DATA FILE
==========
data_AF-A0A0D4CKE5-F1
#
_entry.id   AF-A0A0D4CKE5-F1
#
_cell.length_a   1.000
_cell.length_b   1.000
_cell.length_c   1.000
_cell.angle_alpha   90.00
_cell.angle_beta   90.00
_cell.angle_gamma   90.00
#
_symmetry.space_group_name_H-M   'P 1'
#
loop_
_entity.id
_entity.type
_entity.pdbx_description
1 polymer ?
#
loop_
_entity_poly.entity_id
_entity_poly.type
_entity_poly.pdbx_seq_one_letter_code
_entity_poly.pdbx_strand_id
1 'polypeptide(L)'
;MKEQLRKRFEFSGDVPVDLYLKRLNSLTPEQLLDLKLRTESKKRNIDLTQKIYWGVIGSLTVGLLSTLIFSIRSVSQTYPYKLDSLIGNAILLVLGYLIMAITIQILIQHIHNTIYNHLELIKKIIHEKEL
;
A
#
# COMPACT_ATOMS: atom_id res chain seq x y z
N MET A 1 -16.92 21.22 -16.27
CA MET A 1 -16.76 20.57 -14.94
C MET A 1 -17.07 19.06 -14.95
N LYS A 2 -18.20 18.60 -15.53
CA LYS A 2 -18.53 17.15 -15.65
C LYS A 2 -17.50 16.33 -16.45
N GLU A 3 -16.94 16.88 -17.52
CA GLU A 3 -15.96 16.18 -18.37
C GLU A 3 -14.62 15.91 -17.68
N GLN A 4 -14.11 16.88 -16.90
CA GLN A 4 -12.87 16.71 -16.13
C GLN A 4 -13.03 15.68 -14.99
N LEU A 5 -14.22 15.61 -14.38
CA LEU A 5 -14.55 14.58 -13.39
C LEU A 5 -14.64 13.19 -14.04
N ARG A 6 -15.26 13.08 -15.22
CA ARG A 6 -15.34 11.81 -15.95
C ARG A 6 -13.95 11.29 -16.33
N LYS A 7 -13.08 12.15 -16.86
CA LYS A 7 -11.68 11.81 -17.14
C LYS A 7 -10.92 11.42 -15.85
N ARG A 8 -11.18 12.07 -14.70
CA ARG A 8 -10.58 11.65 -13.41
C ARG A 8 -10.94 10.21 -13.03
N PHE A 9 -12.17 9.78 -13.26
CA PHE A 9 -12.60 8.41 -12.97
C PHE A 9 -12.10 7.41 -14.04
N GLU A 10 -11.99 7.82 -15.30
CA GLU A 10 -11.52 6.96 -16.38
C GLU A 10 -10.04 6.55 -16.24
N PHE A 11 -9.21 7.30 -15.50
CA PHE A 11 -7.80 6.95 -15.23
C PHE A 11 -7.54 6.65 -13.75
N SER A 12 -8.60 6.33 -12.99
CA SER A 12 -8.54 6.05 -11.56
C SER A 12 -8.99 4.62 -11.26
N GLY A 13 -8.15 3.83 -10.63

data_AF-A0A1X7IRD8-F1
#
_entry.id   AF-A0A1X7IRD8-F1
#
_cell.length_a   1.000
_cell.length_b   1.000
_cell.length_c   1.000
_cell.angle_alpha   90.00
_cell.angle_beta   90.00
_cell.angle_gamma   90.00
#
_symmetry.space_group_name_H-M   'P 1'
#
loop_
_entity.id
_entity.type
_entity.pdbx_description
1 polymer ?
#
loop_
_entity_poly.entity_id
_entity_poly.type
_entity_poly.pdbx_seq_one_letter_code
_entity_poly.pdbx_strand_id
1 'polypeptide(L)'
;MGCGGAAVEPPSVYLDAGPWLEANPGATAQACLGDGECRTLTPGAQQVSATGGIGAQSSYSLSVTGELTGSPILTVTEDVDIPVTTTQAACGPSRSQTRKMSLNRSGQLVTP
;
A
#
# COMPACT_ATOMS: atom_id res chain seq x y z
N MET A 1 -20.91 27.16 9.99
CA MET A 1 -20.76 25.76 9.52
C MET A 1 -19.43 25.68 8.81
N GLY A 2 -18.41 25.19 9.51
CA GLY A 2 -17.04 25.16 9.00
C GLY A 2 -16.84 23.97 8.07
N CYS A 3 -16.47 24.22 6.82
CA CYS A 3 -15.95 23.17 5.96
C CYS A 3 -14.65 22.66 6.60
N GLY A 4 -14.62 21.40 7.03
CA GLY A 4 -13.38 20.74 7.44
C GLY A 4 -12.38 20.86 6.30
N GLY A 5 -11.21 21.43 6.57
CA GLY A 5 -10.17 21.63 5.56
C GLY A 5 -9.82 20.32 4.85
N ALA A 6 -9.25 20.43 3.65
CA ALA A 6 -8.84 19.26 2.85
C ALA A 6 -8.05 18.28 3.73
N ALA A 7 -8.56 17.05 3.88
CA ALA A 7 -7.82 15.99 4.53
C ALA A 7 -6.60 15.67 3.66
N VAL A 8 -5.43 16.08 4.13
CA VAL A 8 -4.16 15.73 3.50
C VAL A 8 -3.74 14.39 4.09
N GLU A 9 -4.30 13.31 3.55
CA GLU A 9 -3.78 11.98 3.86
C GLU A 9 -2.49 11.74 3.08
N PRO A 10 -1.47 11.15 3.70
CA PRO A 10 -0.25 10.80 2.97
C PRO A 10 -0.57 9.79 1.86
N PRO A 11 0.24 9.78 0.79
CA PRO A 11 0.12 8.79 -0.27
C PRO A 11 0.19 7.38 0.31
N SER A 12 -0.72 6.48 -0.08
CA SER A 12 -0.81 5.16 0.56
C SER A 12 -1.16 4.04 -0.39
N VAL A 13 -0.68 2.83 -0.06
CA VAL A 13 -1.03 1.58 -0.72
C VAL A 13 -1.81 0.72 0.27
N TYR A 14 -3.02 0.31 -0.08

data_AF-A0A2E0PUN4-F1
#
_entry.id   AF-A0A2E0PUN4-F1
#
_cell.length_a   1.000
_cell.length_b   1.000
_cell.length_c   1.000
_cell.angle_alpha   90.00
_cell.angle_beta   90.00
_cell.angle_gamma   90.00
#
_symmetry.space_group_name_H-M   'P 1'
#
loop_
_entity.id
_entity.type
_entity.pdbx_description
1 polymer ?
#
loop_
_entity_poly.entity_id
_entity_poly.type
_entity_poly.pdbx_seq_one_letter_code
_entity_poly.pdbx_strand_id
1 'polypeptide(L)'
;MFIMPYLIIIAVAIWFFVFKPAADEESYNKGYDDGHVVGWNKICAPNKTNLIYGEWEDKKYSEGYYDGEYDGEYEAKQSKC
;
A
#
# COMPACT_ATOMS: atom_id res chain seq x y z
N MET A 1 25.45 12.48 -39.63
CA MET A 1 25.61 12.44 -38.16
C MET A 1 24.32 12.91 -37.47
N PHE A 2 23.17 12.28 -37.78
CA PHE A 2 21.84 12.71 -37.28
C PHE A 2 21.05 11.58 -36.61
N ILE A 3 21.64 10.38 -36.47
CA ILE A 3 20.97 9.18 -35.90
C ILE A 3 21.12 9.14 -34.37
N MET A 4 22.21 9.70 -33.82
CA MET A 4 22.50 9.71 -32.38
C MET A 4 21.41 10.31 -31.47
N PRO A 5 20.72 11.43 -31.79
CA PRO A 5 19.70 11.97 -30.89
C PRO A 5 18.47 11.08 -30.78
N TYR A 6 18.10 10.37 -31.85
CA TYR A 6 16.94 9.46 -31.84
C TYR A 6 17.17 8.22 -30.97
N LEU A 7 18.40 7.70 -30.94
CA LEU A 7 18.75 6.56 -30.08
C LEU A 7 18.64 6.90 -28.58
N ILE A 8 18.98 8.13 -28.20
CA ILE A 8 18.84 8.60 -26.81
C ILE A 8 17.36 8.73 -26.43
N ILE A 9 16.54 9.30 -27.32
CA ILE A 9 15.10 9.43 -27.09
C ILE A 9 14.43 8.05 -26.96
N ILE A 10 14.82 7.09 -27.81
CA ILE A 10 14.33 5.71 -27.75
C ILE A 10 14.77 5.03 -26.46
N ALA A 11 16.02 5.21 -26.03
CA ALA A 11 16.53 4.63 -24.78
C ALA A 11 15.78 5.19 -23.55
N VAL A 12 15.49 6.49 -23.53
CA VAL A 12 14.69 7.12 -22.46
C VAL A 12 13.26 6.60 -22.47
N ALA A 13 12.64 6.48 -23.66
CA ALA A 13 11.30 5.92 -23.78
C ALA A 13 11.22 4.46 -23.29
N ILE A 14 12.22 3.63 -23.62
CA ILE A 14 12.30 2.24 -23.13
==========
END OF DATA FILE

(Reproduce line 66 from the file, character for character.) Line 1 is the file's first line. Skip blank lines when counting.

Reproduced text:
C SER A 12 -8.99 4.62 -11.26